It was quite a year, 1968: assassinations, student uprisings, turmoil everywhere, the air itself pregnant with portents. Whatever was going to happen, surely nothing would ever be the same again. What, then, became of the young of '68? Why did the fury and mire of their demands--which, it seemed, might topple society's very foundations--recede like a wave of the sea, vanishing as if it had never been?
For his intriguing "1968" (sub-sub-titled "An International Oral History"), Ronald Fraser and eight other writers whom he enlisted (Daniel Bertaux, Bret Eynon, Ronald Grele, Beatrix Le Wita, Daniele Linhart, Luisa Passerini, Jochen Staadt and Annemarie Troger) interviewed 175 of those who played parts in the student dramas of 20 years ago in the United States, West Germany, France, Italy, Britain and Northern Ireland.
The book is not organized into a necklace of interminable interviews, as might be feared, but rather as a story with a beginning, a middle and an end. The story begins with the Cold War of the 1950s and ends with the breakup of the student movements in the early 1970s. Into this story the authors have tucked extensive quotations from their interviews, giving us a kind of split screen on which we are able to view parallel developments in different countries simultaneously.
They have done a beautiful job of capturing the sound of the era. Here, for instance, is Daniel Cohn-Bendit, the saintly student leader of Nanterre University, on the night of the Paris barricades, May 10/11, 1968. "It's a moment I shall never forget," he writes. "Suddenly, spontaneously, barricades were being thrown up in the streets. People were building up the cobblestones because they wanted--many of them for the first time--to throw themselves into a collective , spontaneous activity. People were releasing all their repressed feelings, expressing them in a festive spirit. Thousands felt the need to communicate with each other, to love one another. That night has forever made me optimistic about history. Having lived through it, I can't ever say, 'It will never happen. . . .' "
The Paris barricades are very nearly the center, the still point, of the whole story. Almost immediately, the unity began to dissolve into opposite poles. At one pole were clustered the self-dramatizing dropouts: "We weren't interested in taking over administration buildings. We were interested in blowing people's minds, basically"; or, more gently, "Fight imperialism! Eat organic food!" At the other pole were the self-dramatizing, more-or-less violent revolutionaries: "Smash monogamy!" and (a sign at a Weatherman gun display) "P-I-E-C-E NOW!"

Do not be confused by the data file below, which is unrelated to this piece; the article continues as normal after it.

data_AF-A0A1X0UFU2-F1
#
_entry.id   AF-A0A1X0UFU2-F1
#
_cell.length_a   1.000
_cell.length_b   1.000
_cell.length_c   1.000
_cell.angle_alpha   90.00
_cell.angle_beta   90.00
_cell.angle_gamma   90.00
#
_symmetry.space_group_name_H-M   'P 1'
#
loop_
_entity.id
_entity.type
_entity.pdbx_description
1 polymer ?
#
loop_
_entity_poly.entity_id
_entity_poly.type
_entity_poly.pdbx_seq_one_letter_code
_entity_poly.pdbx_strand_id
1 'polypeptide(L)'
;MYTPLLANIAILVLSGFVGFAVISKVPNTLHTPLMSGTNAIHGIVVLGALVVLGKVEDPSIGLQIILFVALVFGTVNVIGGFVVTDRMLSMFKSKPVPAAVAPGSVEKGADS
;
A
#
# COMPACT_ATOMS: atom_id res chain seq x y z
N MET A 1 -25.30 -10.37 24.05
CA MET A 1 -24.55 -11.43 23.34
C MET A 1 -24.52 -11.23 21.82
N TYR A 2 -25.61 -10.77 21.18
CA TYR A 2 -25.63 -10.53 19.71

Thus commitment and community yielded to the theater of self-absorption, which yielded to vacations ("What kind of a revolution is this," asked Hans Maier, a literary historian and friend of the German Students for a Democratic Society, "which stops short in the summer vacations?"), which yielded at last to graduation and growing up.
One is even tempted, in more cynical moments, to side with the character in Elmore Leonard's new novel, "Freaky Deaky," who says: "Sweetheart, that whole show back then was a put-on. You gonna tell me we were trying to change the world? We were . . . having fun. All that screaming about Vietnam and burning draft cards? That was a little bitty part of it. Getting stoned and laid was the trip. Where's everybody now? We've come clear around to the other side, joined the establishment."
The authors eschew not only such cynicism but virtually all analysis. Of the many movements that they touch on in the course of their 400 pages, only these remain: the civil rights movements of the United States and Northern Ireland and the human rights movements of the Eastern bloc (which merit but one mention in the text). Why do these remain? Because, I submit, they were not chiefly student movements at all but grew out of enculturated community traditions that were deeply felt and intergenerational. If you are black or Chicano or Ulster Catholic or a Polish shipyard worker, you cannot take the summer off from your struggle--and you know perfectly well that hating your parents has nothing to do with anything. But by limiting themselves to students, the authors have no way of explaining why the movements under study proved so ephemeral. They may also be blinkered by a Marxist bias, which I thought I caught some whiffs of, and which, in its ideological purity, is a sure prescription for misunderstanding just about everything.